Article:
POPE John Paul's five days in Chile comes at a time when relations between the military dictatorship of General Pinochet and the Catholic hierarchy are at an all time low.
Contacts between officials and church workers over consistent human rights abuse by the army continue, but Pinochet and the head of the Catholic Church, Cardinal Juan Francisco Fresno, have seen little of each other since the general took advantage of a meeting last March to score propoganda points. Cardinal Fresno paid a call at the presidential palace to discuss, privately, papal trip arrangements. He was greeted by a beaming general and a bevvy of photographers. The next day the headlines screamed: "Cardinal congratulates Pinochet on five years of the constitution". This document has been scorned by church and opposition alike since its inception.
Pinochet himself will be at the airport to grcct the Pup..
he arrives on April 2 after a stopover in Montevideo, the Uruguayan capital. Diplomatic niceties aside, it remains to be seen if the Pope will have any further contacts with the dictator.
At 71, Pinochet has been in power since 1973 when a bloody coup swept away the democratically elected government of Salvador Allende.
Since 1973, Chile's Catholic bishops, previously remarkable only for their conservatism, have maintained a united and vocal campaign against the flagrant human rights violations of the dictatorship. Their opposition to Pinochet reached such a pitch that the general left the Catholic Church two years ago, and now bestows his favours on the Pentecostalist Church, to the extent of attending the inauguration of their new Santiago headquarters.
Leading article page four One of the bishops' principal weapons in fighting Pinochet's attempts to disguise his regime's bloody methods of silencing opposition is the Vicariate of Solidarity which monitors "disappearances" and abuse.
Such work has involved it in constant clashes with the authorities. The case below of a doctor and lawyer who are to be prosecuted is just a part of the official campaign against the Vicariate, and is seen as an attempt by the courts to force the human rights office to open its files to official scrutiny.
The Executive-Secretary of the Vicariate, Enrique Palet, has received numerous death threats, while workers involved with it, like Manuel Parada, have been brutally murdered. However, the Vicariate continues its mission to the "disappeared" and their families, with the full support of the hierarchy.
One particular case from last summer demonstrates the capacity of Chile's military rulers for brutality. Rodrigo Rojas, an 18 year old Chilean who had spent most of his life in the United States, was travelling back from an anti-government demonstration on a bus when he and his girlfriend were dragged off the vehicle and set alight by soldiers in front of many witnesses.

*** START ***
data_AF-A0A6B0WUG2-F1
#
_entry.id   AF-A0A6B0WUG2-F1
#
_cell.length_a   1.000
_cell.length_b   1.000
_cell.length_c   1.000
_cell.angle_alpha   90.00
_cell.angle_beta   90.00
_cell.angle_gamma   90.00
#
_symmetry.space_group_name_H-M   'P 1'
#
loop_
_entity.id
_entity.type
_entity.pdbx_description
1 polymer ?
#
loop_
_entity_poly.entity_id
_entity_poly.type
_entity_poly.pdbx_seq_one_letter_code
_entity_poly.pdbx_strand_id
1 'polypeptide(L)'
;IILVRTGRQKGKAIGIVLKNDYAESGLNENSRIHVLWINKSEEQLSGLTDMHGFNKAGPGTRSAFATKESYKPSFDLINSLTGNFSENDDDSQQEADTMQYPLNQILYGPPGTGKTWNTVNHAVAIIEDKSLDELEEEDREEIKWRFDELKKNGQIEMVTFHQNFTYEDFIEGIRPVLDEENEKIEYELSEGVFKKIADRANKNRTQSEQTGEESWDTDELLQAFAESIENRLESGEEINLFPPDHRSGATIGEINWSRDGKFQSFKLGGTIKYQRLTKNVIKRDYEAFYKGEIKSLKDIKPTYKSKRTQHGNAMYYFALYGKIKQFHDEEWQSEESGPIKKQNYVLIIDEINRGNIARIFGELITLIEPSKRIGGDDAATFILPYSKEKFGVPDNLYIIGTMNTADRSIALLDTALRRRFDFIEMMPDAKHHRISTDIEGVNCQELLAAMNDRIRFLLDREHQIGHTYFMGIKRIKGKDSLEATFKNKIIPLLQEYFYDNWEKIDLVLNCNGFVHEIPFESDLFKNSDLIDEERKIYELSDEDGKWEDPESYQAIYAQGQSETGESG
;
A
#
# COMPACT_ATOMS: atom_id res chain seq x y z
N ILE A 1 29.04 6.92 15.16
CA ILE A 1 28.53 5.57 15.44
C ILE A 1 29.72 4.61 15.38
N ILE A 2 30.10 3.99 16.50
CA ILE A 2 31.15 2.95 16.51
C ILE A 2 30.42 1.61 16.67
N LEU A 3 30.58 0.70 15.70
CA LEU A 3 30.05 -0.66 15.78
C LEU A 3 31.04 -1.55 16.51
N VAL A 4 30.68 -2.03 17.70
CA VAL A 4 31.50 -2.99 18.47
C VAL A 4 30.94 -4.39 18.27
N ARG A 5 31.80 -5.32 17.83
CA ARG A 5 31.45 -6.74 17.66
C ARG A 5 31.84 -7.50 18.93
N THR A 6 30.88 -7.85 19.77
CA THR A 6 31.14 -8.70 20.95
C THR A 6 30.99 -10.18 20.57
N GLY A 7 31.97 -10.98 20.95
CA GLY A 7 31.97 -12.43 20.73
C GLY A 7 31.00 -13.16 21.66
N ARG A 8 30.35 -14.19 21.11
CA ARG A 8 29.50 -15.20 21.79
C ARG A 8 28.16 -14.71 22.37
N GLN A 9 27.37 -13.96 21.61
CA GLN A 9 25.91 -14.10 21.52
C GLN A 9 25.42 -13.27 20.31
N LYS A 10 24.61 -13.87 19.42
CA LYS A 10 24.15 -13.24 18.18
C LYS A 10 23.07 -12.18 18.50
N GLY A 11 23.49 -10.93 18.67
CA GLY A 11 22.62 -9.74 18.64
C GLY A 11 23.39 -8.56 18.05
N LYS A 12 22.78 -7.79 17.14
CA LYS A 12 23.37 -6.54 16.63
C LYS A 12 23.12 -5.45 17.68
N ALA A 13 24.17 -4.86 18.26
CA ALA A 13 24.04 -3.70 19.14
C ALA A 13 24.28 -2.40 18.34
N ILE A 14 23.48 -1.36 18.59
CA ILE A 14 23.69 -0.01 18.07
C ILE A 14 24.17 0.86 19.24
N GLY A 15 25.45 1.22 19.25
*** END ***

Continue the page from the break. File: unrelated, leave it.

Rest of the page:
Rojas died later—partly a result of being taken to a general hospital instead of a specialised burns unit. The frantic efforts of the US Ambassador to Chile, Harry Barnes, failed to achieve this transfer. His girlfriend remains in a critical condition, her life shattered.
In the face of sworn testimonies, the government is "investigating". Expert observers feel that a couple of junior soldiers may be hauled up for trial, but the real culprits—those who gave the orders—will never be exposed.
The state of siege which has been in force in Chile for several months was lifted days before the Vatican made its announcement of the papal itinerary. The two events are closely linked in many Vatican correspondents minds. But Rome should be wary of being taken in by outward appearances. For state of siege or not, the constitution, under article 24, gives the President absolute powers as and when he wishes to exercise them.
Pinochet has also promised that a new law legalising "most political parties" will be enacted during 1987. Such a small concession falls significantly short of the demands of the National Accord, a broad alliance of opposition parties of right, left and centre, put together by Cardinal Fresno in 1985. They wanted a return to democracy and steps to ensure that at once. Pinochet met the Cardinal, but refused even to consider the carefully worded and moderate demands of the parties that have been crushed by the dictatorship since the 1973 coup.
If the Vatican thinking behind the trip is that the Pope's presence may prompt a reopening of dialogue, then they might take a leaf out of the United States' book. It was with US assistance that the military toppled Allende in 1973. But the US was behind a March 13, 1986, resolution to the United Nations Human Rights Commission castigating the Chilean government for its abuses.
They have lost patience with trying to dialogue with the dictator.